**Reading**-
Section 2.5 of
*Theory of Computing, A Gentle Introduction*. **Homework**- Then printout the homework and answer the questions on that paper.

**Deterministic vs. non-Deterministic**-
Our proof of the pumping lemma last class relied on the
following: In processing a string of length at least |Q| we
will find a non-empty "loop" in the computation, i.e. we will
visit some state twice, and in between visits we will have read
at least one symbol from the input. With non-deterministic
machines, the only problem is that we might find a "loop" that
only involved taking λ-transitions. Can we argue that
we can always find a loop involving at least one
non-λ-transition?
Yes, it just takes a modicum more thought.
Consider running string w through machine M = (Q,Σ,Δ,s,W). Write out the computation as a sequence of states separated by the input symbol read (or λ) as we did last class. Now, circle the initial state in the list, and all states directly proceeded by reading a symbol - i.e. not λ. There must be more than |Q| circled states in the list, so we can find repetitions. The whole subsequence between these repeated occurences is a loop in the computation, and the loop contains at lease one non-λ-transition. After all, the last state in the loop is circled, and that means it is immediately proceeded by a symbol from the alphabet, i.e. not λ!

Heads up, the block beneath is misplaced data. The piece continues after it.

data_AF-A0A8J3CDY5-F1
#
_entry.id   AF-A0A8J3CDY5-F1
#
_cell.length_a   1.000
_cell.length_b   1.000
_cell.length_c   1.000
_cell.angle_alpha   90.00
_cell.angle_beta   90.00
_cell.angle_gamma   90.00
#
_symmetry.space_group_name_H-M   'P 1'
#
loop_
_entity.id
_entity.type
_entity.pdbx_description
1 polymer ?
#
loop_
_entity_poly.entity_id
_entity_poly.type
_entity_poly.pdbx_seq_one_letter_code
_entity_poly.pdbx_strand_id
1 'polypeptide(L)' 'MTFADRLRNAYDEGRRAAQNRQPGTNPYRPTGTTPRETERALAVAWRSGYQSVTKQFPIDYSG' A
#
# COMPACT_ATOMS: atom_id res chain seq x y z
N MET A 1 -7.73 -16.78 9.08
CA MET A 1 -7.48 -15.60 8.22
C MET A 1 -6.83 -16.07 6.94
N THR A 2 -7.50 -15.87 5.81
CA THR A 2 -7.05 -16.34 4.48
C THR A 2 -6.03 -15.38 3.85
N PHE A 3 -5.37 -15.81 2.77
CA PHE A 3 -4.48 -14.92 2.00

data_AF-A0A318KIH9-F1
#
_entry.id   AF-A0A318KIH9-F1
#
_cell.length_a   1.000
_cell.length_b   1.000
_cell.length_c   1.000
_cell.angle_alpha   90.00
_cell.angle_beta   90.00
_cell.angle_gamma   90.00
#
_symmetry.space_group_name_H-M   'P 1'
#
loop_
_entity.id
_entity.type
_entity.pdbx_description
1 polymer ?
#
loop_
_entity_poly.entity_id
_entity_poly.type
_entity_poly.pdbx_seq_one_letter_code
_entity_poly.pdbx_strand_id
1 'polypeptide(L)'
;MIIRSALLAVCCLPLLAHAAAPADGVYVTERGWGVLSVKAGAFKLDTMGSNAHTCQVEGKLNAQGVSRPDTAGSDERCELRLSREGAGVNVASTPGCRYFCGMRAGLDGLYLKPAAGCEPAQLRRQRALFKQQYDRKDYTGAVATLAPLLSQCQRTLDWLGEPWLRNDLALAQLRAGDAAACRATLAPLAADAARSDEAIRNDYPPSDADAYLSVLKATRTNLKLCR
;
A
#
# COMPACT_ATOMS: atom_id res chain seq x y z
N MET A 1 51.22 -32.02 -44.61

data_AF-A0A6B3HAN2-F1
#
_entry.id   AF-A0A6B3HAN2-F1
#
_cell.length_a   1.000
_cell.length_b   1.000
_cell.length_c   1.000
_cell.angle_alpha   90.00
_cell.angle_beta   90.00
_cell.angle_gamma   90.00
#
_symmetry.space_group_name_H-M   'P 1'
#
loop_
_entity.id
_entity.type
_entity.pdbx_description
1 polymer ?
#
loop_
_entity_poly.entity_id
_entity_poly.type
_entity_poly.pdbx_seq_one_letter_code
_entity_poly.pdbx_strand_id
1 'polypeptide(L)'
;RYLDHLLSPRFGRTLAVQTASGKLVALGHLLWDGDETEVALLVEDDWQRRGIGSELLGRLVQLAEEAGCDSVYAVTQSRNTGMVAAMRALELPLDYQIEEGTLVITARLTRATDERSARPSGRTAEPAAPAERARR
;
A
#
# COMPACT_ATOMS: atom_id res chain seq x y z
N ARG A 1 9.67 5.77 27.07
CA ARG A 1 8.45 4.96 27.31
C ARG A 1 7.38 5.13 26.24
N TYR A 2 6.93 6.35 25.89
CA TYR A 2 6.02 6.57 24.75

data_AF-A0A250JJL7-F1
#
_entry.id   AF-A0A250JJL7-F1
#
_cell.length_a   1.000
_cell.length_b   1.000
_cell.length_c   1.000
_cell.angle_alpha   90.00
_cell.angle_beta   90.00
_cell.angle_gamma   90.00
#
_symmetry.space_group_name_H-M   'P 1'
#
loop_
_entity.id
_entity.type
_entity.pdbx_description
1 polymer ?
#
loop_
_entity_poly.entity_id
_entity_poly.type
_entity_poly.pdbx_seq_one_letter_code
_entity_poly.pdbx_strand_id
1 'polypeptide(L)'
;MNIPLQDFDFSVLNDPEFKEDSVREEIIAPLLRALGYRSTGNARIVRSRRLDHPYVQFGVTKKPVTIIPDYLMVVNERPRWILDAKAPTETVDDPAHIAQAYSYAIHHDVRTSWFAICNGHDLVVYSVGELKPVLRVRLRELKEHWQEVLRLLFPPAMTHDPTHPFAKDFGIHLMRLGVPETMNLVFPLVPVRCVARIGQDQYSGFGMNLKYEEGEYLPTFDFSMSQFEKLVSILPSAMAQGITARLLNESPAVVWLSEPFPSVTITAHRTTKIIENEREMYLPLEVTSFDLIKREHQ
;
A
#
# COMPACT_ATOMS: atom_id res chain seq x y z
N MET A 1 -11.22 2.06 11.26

**Strengthening the Pumping Lemma (Machine Version 2.0)**-
From last class's homework assignment, you hopefully concluded
that for machine
*M = (Q,Σ,δ/Δ,s,W)*it's always possible to decompose a string*w ∈ L(M)*, where*|w| ≥ |Q|*, into*x*,*y*and*z*satisfying*xy*in such a way that^{k}z*|xy| ≤ |Q|*. In other words, there will always be at least one loop within the first*|Q|*characters. This allows us to strengthen the Pumping Lemma to the following:**The Pumping Lemma**(Machine Version 2.0)

For any finite automaton*M*, for all*w ∈ L(M)*of length greater than or equal to the number of states in*M*, there exist*x,y,z ∈Σ**, where*w = xyz*and*y ≠ λ*and*|xy| ≤*the number of states in*M*, such that*xy*for all^{k}z ∈ L(M)*k*. **Example using the Pumping Lemma Version 2.0**-
**Theorem:**There is no deterministic finite automaton accepting*L = {a*.^{n}b^{n}| n ≥ 0}

**Proof with Version 1.0****Proof with Version 2.0**Consider the following algorithm: **Algorithm A**

**Input:**DFA*M = (Q,Σ,δ,s,W)*, where Σ =*{a,b}*

**Output:**string*w' ∈ Σ**that*M*misclassifies with respect to*L = {a*, i.e. either^{n}b^{n}| n ≥ 0}*w' ∈ L*but*w' ∉ L(M)*or*w' ∉ L*but*w' ∈ L(M)*

- let
*w = a*^{|Q|}b^{|Q|} - if
*w*is not accepted by*M*then- set
*w' = w*(*w'*should be accepted, but isn't!)

- let
*x,y,z*be the strings produced by the Pumping Lemma for machine*M*and string*w*. - set